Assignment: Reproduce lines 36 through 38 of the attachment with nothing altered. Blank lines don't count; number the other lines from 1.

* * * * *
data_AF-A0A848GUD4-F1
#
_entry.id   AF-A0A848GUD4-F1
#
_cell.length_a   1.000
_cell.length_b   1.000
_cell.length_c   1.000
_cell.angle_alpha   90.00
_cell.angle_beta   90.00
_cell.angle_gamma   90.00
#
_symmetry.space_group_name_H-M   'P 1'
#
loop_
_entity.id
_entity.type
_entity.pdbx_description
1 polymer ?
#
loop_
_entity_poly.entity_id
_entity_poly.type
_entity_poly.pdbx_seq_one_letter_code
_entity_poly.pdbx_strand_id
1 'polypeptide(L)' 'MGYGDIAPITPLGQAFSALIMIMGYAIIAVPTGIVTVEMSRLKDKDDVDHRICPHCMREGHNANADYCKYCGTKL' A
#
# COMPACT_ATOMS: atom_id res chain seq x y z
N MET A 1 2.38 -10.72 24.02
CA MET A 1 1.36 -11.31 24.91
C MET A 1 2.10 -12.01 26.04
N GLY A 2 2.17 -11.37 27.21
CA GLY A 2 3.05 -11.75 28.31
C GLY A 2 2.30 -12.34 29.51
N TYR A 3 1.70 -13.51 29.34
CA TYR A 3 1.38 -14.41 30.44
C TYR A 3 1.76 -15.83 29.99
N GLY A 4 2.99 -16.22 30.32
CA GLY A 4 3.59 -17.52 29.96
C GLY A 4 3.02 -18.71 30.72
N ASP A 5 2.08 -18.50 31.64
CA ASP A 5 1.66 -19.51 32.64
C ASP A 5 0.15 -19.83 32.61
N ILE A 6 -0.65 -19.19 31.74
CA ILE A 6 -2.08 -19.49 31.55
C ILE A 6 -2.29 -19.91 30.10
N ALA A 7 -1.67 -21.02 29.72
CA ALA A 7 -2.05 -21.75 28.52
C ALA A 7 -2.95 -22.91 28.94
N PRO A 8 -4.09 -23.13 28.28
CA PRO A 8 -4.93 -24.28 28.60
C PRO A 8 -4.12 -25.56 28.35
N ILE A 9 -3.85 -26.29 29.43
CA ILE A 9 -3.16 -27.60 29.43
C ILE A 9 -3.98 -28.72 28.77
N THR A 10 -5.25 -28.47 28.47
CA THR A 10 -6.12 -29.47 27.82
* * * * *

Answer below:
C TYR A 3 1.76 -15.83 29.99
N GLY A 4 2.99 -16.22 30.32
CA GLY A 4 3.59 -17.52 29.96